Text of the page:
It’s been barely a year since BIGGS unleashed that fire on us with his winning Discovery Project entry, “Sana.” He’s now become something of a fixture in the DP family, regularly getting weird with his unique brand of bass-heavy funk and dropping the insanely infectious collab “Cardio Anthem” with his homie First Gift. Today, he makes his triumphant return to the Discovery Project Releases series—this time with hot, new production duo Night Fight in the driver’s seat.
Both DJ Wall and CLB, who make up Night Fight, have become quite prolific in the last year or so. CLB’s bouncing jersey club tunes have been making the rounds on Main Course and Punks, while swooping up plays from Anna Lunoe, Dillon Francis, Stanton Warriors and Grandtheft. DJ Wall’s low-slung party anthems have racked up major plays, most notably on Diplo’s Diplo and Friends show.
They are now charting new territory via their three-way creation “Star Tetrahedron.” Opening up with beautifully layered, uplifting chords, they’ve gone one deeper on this slumping tech house number. Yet you can still hear their bass music influences in the heaviness of the kick, the hip-swinging percussion, and the tight vocal sampling. The boys have taken a more restrained approach to this tune, though, and the results are outstandingly fresh and perfectly suited for those late-night warehouse vibes.
We took a moment to chat with the guys about how they all hooked up on this release, and we managed to get more familiar with the Night Fight project itself.
Night Fight is a fairly new collaborative effort. How did you two hook up?
Justin: Max was one of my first fans back in 2014, when I only had like 50 followers. I always kind of kept tabs on him, since he found me so early. After he started producing and released some really cool songs, I knew I wanted to collaborate with him. It was also around this time that I was becoming more distant from Wall music and wanted to start a house project. Max happens to love house and techno just as much as I do, so we decided to start Night Fight.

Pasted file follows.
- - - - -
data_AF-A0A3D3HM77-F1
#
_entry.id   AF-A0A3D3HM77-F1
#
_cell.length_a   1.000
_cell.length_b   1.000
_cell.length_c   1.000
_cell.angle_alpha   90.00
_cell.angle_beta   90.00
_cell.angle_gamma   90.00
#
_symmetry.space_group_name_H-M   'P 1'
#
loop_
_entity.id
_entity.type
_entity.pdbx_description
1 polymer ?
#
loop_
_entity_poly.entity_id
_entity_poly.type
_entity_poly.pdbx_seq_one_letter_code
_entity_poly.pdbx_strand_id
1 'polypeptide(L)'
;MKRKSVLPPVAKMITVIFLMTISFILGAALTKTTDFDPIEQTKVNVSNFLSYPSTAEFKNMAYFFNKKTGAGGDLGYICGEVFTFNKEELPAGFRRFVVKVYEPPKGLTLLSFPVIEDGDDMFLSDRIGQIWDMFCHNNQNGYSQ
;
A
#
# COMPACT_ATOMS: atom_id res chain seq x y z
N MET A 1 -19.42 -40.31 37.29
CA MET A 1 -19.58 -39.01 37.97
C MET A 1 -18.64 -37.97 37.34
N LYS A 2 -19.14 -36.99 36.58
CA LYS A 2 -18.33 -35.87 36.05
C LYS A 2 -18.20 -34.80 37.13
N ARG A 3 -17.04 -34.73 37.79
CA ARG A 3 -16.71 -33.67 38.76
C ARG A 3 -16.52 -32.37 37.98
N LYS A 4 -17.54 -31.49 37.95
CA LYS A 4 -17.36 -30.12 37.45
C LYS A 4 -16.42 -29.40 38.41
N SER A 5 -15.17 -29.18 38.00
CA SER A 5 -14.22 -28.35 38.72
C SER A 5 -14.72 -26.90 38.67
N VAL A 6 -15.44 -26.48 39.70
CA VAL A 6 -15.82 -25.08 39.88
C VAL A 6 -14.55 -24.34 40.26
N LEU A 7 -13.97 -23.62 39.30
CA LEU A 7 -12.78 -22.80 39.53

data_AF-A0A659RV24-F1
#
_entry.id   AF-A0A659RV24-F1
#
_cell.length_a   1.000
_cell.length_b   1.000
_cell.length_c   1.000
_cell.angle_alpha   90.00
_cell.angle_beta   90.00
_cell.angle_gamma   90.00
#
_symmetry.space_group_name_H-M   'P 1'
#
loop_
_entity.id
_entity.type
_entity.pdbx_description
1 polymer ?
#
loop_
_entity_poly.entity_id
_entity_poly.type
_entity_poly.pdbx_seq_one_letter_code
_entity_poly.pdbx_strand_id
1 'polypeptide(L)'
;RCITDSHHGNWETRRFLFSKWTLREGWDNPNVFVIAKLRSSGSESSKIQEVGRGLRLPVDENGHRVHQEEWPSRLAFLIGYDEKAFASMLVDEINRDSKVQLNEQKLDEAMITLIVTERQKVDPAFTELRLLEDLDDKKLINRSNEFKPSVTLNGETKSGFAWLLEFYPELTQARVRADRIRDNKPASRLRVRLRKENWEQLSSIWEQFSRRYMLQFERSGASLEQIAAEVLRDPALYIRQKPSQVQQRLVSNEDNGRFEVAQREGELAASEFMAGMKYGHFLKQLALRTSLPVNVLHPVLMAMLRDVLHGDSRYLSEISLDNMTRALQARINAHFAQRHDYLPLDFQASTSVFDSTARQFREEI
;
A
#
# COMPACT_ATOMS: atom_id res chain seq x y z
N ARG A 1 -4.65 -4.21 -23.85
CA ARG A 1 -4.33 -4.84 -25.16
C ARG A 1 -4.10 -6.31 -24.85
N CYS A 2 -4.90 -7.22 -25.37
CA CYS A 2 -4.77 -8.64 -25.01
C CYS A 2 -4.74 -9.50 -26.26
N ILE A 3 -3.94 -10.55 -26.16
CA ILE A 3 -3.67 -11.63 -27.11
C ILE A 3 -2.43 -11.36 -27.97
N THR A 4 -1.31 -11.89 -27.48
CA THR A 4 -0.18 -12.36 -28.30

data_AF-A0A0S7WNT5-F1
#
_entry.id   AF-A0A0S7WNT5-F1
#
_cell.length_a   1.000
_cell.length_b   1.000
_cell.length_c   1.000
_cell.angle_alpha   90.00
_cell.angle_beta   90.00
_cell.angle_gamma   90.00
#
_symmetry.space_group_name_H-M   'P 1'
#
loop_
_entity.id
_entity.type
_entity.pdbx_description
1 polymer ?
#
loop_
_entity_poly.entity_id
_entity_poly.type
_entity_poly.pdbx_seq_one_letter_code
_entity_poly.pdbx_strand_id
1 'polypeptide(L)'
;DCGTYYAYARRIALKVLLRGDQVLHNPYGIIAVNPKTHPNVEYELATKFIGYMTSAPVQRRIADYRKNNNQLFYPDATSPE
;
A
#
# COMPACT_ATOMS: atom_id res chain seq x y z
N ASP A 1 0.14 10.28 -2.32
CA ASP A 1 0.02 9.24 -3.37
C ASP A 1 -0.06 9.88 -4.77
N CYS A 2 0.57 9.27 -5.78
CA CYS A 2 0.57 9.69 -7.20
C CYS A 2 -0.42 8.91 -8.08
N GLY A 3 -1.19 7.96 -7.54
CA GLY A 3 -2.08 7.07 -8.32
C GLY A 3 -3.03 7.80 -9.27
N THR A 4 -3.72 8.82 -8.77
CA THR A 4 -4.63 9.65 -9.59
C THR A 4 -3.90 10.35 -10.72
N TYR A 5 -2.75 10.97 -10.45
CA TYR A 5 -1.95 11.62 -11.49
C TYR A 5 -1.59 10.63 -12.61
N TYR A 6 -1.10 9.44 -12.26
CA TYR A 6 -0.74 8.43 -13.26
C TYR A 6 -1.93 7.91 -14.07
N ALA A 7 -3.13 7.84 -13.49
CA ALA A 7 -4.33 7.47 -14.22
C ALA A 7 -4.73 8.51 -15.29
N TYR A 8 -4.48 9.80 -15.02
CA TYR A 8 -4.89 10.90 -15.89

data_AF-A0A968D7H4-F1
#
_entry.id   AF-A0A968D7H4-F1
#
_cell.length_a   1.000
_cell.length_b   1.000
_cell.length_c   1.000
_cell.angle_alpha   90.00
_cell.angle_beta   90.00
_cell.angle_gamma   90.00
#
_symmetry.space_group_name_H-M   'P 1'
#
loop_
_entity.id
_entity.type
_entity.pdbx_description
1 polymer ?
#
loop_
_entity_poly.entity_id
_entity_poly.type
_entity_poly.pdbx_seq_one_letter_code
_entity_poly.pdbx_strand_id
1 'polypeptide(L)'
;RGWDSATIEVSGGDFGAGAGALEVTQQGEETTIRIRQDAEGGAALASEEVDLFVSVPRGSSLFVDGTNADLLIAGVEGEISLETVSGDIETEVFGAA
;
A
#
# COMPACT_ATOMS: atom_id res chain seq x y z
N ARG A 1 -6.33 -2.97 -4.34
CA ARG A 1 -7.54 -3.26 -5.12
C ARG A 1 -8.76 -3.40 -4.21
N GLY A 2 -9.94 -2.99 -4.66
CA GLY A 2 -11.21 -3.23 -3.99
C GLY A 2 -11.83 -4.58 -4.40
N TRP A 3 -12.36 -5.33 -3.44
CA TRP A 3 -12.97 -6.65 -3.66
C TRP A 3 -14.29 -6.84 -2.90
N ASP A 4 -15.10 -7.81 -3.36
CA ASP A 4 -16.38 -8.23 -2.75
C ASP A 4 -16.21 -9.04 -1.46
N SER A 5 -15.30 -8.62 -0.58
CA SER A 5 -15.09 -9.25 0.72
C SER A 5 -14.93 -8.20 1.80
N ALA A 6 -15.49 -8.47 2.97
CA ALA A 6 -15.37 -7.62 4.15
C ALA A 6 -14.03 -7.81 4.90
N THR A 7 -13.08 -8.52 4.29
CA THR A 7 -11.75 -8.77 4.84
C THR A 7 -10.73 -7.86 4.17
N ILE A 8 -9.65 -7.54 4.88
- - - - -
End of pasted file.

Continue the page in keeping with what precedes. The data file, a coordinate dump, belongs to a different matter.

Max: I’ve been following Justin for such a long time, and he had been playing out some of my early tunes. Over the summer, he hit me up, asking if I wanted to start a techno project. I always wanted to make techno-influenced stuff, but my CLB project was going in a different direction, so I agreed to start Night Fight as an outlet for that kind of stuff.
We hear there is an album in the works already.
Justin: We’re piling up loads of ideas right now. Sometimes, I make a heavy-hitter in a day and think, “This is a good single.” Other times, I make a good melody or vocal hook that really hits my emotions, and I set it aside for the album. I met GTA for the first time at the beginning of 2014, and they were already working on the album that just came out in October of last year. That showed me that good albums take time if they’re done right, and we want to make a timeless piece of work. So yes, the album is in the works, but there’s still a long way to go before completion.
Max: Yeah! As of writing this, we have 37 tracks/ideas as private on our page, actually. We’re just trying to create as much content as possible so that when the time comes to drop the album, we can pick the best of the best.